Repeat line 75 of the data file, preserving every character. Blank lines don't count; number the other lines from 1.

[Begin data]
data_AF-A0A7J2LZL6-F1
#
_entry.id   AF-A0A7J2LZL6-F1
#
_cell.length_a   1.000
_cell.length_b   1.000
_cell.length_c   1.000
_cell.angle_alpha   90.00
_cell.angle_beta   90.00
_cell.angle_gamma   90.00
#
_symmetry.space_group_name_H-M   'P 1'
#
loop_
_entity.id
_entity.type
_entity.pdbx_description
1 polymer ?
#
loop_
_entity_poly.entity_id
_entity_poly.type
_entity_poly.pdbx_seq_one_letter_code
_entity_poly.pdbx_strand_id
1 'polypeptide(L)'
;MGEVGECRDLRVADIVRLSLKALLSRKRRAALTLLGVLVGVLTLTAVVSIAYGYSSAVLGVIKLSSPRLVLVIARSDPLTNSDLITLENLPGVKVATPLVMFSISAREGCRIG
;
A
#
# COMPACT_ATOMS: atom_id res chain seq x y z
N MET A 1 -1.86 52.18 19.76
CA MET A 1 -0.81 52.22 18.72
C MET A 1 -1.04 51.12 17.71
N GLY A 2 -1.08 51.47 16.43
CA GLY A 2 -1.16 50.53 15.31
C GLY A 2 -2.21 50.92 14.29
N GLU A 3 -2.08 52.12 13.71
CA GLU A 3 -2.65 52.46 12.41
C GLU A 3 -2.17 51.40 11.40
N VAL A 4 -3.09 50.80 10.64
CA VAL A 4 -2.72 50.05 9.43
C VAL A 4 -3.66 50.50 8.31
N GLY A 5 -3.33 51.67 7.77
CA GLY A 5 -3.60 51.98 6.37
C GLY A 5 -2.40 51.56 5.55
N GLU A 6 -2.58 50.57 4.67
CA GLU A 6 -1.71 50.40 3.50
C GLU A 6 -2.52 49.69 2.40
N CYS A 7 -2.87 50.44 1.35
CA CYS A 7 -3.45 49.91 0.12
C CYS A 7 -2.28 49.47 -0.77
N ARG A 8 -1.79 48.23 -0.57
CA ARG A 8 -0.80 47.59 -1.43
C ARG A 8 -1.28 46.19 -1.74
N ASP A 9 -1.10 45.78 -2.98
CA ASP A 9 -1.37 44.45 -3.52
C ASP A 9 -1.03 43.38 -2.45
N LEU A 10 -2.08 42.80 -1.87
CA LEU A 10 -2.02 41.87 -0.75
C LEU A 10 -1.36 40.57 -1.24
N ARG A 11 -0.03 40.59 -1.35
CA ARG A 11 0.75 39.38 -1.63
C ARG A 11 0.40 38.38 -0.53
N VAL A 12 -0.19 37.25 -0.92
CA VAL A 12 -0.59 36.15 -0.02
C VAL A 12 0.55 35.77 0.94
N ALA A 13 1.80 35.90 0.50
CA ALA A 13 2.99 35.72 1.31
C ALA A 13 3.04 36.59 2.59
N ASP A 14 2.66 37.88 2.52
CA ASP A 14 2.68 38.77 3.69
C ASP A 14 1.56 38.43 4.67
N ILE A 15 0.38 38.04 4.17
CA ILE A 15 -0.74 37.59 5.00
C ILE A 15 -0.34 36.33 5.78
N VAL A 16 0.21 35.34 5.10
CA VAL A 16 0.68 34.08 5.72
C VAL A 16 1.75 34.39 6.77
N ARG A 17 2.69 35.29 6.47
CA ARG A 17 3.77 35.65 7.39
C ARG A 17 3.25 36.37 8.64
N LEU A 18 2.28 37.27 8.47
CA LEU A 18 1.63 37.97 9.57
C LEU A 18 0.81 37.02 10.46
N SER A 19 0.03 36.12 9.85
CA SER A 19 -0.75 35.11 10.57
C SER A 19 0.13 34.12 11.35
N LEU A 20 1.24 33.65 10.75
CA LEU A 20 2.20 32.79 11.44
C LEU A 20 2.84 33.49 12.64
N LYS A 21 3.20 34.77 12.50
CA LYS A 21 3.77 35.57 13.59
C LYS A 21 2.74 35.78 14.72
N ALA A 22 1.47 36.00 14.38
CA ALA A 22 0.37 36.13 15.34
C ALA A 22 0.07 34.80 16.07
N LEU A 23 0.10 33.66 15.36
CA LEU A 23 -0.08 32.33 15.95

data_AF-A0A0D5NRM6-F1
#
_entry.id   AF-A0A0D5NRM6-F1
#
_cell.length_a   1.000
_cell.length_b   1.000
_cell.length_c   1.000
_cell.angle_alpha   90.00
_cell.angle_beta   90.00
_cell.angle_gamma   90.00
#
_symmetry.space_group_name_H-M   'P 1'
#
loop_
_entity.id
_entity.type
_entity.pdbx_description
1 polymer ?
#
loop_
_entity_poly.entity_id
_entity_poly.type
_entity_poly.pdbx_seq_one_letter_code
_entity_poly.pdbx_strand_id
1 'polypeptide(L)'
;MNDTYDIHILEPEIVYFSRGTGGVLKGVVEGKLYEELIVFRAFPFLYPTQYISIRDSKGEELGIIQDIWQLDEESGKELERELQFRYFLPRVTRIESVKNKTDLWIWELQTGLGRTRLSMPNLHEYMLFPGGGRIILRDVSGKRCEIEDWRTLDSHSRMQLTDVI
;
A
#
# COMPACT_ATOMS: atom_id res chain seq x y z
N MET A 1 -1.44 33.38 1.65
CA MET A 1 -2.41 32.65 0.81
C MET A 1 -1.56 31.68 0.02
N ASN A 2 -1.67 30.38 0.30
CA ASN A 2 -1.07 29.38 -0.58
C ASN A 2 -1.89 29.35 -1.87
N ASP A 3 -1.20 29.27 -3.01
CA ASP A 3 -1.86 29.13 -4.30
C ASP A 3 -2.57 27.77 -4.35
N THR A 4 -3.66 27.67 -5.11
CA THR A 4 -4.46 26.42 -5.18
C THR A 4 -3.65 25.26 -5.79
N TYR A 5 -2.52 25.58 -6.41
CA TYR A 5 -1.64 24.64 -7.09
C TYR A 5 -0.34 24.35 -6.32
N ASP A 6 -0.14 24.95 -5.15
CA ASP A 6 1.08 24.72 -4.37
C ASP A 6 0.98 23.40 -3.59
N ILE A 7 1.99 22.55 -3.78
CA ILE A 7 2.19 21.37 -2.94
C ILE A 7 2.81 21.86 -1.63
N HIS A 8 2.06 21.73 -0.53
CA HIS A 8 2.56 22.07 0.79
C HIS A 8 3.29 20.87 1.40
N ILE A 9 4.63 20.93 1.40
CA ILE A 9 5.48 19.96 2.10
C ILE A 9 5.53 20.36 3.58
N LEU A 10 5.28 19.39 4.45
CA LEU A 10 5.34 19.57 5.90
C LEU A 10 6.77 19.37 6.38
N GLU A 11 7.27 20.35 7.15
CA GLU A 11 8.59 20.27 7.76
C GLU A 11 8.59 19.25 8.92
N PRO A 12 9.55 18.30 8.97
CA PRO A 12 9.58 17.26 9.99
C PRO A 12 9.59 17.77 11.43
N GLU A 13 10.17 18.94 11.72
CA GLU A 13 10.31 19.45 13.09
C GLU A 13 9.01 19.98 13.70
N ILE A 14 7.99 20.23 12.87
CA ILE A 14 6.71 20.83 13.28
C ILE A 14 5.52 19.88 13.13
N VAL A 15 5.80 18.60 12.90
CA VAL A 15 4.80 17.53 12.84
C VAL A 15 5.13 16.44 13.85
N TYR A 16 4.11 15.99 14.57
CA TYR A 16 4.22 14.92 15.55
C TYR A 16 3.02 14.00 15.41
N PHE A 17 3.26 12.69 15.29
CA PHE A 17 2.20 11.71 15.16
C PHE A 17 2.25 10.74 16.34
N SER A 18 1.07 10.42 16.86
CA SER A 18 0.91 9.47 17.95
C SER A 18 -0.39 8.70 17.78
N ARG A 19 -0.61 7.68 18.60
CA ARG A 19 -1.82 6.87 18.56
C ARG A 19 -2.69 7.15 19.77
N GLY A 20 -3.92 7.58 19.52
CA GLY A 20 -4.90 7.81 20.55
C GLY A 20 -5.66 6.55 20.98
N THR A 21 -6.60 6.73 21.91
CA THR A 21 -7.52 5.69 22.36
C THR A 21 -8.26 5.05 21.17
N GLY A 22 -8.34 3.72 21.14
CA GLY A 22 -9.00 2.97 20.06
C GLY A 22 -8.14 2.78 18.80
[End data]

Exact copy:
C ILE A 15 -0.34 36.33 5.78